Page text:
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Edexcel Physics Unit 2 "Physics at work" June 2013 Watch

  • View Poll Results: The last question - Does resistance increase or decrease?
    It increases ( using V=IR or some other method)
    70.73%
    It decreases using the 'lattice vibrations' theory
    29.27%

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    (Original post by LegendX)
    someone must know how to do this question? Click on the original post link to see the question. Someone? Anyone?
    Reason why I ask is I posted it earlier in the thread and it was overlooked also ^_^, must be really simple

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    (Original post by lucilleJR)
    could someone please explain to me why the answer to this question is A? thank you


    ignore this I've just realised it's on this thread
    I've seen this question too many times now. Just remember, V is constant so as a result if V = IR then V/I = R but if V is a constant, it would give you a graph in the form of 1/X = R and a 1/ X graph is a reciprocal graph so it looks like the graph in A.
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    For a standing wave on a wire, in the formulae L=nlambda/2, does L stand for length of wire, n for number of loops, lambda for standing wave wavelength?
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    (Original post by krisshP)
    For a standing wave on a wire, in the formulae L=nlambda/2, does L stand for length of wire, n for number of loops, lambda for standing wave wavelength?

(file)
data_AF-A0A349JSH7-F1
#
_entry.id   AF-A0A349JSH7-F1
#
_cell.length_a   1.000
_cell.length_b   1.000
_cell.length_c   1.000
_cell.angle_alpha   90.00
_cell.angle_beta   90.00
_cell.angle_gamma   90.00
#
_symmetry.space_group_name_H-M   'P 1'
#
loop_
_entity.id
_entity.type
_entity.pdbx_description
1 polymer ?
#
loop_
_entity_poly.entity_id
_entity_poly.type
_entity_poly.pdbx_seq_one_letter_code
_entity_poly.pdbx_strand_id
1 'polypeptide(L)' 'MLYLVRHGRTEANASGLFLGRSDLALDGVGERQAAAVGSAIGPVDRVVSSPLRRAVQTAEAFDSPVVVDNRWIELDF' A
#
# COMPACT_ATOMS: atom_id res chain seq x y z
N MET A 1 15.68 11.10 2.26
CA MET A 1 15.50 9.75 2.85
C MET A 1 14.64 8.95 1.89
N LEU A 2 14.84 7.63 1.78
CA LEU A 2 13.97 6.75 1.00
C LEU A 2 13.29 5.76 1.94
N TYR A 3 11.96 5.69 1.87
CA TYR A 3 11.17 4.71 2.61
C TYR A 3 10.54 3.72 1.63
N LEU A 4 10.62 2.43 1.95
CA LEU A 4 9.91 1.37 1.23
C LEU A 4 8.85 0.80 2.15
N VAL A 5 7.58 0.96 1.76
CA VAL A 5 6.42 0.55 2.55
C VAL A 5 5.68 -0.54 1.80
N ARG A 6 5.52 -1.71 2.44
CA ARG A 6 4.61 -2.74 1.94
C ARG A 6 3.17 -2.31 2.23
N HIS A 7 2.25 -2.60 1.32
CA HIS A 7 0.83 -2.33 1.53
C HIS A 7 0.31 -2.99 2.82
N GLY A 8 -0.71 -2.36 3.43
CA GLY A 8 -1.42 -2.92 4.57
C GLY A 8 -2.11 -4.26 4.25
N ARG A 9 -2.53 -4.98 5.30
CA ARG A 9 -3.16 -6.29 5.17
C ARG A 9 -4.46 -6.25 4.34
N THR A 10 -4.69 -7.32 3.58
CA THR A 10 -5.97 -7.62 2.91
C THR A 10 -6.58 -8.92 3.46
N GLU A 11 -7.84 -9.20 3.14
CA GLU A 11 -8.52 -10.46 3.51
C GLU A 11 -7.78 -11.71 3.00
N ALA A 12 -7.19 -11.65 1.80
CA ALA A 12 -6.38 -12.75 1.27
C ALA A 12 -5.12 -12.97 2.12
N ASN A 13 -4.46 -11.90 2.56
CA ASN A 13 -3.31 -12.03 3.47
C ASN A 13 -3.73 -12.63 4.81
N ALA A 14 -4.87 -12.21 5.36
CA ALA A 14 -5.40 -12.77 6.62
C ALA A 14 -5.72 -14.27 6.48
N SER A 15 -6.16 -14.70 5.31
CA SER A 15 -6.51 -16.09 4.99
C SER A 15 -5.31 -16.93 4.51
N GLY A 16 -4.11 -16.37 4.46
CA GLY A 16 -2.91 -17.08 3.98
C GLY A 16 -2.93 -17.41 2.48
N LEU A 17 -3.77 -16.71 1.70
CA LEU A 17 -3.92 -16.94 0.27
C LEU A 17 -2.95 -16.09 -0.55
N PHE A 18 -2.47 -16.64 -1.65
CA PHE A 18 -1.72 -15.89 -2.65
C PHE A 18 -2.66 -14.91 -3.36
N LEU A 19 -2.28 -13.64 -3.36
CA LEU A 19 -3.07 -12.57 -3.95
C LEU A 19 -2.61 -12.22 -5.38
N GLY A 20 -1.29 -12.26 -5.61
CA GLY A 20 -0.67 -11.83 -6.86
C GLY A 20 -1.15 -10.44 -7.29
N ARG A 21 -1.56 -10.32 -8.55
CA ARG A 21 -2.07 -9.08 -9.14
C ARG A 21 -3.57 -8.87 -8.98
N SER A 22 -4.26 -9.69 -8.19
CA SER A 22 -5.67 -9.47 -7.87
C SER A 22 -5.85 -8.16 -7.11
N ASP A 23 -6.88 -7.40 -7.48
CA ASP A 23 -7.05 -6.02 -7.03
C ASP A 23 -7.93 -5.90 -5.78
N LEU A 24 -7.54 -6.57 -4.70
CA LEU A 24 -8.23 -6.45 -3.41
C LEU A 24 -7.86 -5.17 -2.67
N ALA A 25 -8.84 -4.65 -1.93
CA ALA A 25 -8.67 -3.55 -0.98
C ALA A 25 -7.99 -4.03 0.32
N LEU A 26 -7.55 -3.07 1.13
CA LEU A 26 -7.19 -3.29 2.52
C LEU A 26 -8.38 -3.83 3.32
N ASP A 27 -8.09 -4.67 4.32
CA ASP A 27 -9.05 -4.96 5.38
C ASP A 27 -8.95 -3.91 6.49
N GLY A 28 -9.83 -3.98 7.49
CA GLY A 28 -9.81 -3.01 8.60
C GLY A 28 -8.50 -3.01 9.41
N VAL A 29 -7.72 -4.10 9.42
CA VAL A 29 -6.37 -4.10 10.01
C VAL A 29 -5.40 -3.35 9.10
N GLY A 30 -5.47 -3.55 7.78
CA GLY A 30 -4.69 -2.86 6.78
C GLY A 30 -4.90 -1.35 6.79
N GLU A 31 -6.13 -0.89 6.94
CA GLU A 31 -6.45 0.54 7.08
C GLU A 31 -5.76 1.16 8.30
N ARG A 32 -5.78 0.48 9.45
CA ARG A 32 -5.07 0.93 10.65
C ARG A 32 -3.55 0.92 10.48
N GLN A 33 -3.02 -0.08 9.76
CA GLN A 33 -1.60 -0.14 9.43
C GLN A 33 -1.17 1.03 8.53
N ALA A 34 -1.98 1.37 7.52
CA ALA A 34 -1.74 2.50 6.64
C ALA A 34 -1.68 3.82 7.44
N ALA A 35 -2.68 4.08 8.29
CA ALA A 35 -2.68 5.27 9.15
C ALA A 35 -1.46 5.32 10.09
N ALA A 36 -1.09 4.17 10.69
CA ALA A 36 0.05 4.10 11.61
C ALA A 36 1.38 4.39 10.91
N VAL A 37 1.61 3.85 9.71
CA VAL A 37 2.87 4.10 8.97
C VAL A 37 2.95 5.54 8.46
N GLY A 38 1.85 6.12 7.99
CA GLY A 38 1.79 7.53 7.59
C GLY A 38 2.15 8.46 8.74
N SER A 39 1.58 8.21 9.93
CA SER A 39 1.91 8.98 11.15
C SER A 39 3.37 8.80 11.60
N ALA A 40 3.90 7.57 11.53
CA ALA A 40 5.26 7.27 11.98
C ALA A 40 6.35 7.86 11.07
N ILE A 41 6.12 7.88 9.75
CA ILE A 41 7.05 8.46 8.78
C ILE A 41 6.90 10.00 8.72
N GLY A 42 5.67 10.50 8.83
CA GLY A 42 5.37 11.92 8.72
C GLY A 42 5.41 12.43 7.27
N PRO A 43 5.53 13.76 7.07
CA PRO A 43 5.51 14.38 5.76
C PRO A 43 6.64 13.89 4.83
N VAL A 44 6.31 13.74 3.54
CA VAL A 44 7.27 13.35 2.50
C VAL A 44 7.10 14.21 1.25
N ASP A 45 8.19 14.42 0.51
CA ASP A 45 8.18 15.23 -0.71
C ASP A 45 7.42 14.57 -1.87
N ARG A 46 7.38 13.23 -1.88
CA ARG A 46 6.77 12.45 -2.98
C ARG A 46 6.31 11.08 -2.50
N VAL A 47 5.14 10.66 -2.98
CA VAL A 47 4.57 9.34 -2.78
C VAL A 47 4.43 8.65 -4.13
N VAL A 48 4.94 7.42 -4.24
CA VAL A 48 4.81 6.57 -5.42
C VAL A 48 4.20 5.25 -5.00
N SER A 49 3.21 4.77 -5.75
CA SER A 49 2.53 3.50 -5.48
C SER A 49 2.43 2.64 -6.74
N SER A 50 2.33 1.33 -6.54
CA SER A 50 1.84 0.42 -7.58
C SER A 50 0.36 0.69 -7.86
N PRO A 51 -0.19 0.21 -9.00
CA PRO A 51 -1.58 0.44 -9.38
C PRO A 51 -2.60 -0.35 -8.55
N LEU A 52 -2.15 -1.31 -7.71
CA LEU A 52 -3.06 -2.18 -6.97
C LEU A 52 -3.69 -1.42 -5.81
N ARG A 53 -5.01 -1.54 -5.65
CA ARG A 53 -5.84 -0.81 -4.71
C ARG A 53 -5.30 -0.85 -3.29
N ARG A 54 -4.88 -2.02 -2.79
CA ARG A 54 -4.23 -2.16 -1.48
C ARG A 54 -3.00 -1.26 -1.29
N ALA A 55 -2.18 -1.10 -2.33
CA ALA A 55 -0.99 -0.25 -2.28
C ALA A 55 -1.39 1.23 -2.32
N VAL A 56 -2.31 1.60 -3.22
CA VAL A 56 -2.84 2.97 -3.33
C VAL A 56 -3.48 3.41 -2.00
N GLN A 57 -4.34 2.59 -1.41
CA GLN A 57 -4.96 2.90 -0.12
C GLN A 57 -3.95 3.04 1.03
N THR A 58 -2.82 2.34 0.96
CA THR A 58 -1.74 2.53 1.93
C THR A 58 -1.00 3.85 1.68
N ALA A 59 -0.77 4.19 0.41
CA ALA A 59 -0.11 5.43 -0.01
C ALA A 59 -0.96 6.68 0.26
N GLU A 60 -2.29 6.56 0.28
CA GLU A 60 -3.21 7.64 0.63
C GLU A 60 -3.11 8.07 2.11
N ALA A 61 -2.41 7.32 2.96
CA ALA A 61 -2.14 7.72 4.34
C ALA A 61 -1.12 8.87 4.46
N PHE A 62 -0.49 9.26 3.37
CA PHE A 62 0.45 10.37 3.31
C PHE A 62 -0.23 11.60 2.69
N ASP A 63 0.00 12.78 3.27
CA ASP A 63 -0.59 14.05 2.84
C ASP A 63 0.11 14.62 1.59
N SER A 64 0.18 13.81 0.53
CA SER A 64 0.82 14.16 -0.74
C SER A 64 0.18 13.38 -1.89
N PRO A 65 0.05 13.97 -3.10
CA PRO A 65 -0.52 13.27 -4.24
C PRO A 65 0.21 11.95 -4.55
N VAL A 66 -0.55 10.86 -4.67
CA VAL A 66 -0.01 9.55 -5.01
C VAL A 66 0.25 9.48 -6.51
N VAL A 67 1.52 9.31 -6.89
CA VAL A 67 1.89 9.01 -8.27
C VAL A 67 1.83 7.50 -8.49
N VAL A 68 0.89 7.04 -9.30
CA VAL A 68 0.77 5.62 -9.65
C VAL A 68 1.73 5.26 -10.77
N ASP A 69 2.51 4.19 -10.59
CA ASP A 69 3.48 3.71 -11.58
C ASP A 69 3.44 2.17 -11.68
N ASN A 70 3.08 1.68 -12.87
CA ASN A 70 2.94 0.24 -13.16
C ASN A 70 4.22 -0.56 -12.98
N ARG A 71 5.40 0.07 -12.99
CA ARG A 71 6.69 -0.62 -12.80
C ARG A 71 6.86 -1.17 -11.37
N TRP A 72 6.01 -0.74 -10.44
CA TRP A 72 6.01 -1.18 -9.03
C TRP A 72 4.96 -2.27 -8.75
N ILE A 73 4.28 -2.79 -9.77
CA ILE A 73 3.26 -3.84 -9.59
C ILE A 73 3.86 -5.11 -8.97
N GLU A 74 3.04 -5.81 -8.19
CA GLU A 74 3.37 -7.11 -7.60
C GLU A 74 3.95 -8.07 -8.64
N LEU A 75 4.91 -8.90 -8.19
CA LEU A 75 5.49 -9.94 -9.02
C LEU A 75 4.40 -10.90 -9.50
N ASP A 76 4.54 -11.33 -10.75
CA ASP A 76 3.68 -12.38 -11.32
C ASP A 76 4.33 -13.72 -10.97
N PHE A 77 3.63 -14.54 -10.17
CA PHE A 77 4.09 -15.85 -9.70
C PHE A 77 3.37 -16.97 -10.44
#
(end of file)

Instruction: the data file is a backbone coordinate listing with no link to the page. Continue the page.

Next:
Yeah.
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    http://www.walter-fendt.de/ph14e/stwaverefl.htm

    everyone see this. It makes the topic standing waves make sense
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    http://www.edexcel.com/migrationdocu...e_20120525.pdf

    Ok guys a little help with 15 c) please?

    ' The smallest detail that can be seen on the image is half the length of the ultrasound
    pulse. The thumbnail on the fetus is 0.50 mm thick. The speed of ultrasound in the
    thumbnail is 2000 m s–1
    .
    Calculate the maximum pulse duration if the thumbnail is to be seen on the image'

    What does it mean by pulse length, and how is that different to pulse duration? And how do we go about solving this problem?

    Thanks a lot
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    does anyone on here know how to measure the rotation of the plan of polarisation and could explain to me please
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    (Original post by GCSE-help)
    http://www.edexcel.com/migrationdocu...e_20120525.pdf

    Ok guys a little help with 15 c) please?

    ' The smallest detail that can be seen on the image is half the length of the ultrasound
    pulse. The thumbnail on the fetus is 0.50 mm thick. The speed of ultrasound in the
    thumbnail is 2000 m s–1
    .